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Trevor Stone's Journal
Those who can, do. The rest hyperlink.
Conservative Arts 
12th-Nov-2001 07:50 pm
Trevor baby stare
Sunday, really. Didn't have too bad of a dairy hangover, but I seemed a bit spacey. So what better to do, after homework, than clean my room? Which I haven't done since I moved in in mid-August. My storage desk still needs a serious sorting and the floor awaits a righteous vacuuming, but it's already almost gleaming with stark difference from its previous state, which required ballerina skills to walk the seven feet from door to bed without stepping on something. I hadn't even fully unpacked my suitcase from my trip.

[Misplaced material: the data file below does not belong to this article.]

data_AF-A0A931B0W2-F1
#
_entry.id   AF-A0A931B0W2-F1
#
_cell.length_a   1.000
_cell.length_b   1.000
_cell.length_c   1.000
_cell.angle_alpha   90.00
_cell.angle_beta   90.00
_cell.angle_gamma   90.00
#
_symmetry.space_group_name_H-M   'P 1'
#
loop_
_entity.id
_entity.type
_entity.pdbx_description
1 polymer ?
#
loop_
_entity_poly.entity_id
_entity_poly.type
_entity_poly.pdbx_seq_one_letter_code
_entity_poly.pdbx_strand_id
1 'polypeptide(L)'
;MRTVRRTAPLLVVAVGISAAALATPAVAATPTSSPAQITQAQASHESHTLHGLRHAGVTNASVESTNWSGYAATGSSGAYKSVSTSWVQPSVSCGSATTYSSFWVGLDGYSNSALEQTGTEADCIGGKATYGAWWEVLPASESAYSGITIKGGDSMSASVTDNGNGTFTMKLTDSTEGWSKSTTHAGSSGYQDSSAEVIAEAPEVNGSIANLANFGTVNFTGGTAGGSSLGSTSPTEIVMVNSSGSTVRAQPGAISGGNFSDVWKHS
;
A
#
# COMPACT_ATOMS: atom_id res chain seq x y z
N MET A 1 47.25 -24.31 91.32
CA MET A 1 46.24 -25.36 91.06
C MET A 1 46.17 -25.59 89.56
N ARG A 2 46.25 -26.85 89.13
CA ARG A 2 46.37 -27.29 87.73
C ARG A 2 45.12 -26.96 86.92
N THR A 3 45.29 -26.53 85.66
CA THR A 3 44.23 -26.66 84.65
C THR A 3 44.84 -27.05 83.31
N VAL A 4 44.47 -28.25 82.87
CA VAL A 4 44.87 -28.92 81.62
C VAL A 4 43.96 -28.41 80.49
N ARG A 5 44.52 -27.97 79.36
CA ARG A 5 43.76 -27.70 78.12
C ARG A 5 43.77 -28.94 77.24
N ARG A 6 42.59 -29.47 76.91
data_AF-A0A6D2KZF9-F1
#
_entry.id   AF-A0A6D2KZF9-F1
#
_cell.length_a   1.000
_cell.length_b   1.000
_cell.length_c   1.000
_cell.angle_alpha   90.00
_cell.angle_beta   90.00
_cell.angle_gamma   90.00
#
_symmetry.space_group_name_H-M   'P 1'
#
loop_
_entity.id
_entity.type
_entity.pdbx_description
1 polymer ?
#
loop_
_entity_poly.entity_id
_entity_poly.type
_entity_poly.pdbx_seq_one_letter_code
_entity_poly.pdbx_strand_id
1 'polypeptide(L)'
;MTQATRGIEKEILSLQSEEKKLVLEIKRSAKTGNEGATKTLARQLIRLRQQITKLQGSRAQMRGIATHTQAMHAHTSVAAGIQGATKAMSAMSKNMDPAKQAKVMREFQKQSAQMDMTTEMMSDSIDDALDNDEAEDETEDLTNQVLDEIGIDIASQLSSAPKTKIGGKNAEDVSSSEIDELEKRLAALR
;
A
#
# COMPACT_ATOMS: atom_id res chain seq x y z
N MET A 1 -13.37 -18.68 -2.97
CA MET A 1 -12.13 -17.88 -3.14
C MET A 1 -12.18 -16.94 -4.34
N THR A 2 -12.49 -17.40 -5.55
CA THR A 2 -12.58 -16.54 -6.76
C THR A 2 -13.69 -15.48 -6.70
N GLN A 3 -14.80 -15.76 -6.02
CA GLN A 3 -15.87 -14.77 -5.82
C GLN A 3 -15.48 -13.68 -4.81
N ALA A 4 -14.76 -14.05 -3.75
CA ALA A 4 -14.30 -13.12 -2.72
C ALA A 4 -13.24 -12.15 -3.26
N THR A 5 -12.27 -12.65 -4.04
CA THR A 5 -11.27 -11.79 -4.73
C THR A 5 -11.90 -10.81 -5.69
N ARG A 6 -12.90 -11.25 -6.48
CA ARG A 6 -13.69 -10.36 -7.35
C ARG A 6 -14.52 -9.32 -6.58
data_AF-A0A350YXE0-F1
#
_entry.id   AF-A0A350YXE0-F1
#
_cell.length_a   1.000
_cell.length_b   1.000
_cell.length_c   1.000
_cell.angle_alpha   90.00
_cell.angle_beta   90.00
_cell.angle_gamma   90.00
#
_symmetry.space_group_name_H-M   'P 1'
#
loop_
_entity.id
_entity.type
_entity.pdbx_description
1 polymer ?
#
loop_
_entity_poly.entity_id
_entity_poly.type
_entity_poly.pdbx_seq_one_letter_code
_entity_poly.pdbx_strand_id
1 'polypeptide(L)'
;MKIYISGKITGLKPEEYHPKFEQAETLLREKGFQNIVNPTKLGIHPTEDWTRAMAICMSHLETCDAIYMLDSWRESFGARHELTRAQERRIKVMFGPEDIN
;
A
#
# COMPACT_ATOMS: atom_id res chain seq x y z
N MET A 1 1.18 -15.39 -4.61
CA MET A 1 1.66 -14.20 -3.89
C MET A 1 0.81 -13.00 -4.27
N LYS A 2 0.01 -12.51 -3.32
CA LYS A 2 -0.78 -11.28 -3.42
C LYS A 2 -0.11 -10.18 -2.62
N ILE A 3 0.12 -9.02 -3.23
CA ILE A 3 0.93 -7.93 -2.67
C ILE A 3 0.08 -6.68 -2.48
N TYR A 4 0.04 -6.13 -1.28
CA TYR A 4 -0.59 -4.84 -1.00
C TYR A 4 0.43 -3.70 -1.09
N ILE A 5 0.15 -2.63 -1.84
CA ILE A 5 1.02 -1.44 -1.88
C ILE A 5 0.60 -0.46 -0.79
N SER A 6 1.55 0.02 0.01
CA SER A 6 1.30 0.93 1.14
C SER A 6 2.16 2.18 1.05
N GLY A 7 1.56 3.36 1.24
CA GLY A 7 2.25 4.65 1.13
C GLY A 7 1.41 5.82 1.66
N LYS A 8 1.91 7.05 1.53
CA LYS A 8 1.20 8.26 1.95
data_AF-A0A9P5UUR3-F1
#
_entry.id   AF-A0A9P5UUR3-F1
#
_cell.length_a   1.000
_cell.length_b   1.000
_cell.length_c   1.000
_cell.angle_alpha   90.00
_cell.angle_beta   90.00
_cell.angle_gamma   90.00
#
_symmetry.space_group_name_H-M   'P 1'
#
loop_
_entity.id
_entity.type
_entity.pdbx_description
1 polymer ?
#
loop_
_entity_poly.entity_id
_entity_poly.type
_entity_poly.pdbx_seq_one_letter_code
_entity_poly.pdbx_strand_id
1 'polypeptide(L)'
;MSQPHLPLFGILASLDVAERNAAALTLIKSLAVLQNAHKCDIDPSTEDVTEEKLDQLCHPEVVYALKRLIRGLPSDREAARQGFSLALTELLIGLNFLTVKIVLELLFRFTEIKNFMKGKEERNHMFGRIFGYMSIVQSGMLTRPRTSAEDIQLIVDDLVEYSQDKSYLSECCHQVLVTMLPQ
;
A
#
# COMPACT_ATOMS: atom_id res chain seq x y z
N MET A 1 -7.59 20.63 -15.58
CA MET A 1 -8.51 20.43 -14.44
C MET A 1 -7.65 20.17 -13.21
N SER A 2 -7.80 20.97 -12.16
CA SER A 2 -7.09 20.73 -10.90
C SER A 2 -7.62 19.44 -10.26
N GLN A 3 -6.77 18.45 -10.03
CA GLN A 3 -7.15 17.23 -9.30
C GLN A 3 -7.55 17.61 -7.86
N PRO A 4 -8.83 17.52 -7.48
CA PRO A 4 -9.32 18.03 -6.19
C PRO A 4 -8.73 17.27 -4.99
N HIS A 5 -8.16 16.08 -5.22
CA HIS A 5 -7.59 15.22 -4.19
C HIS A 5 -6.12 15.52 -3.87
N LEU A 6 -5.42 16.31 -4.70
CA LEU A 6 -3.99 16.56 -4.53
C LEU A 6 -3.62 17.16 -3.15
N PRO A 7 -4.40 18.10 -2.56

The rest of this entry is long and fairly specialized in nature. It does feature a nice quote at the end, though. Read more if you wish.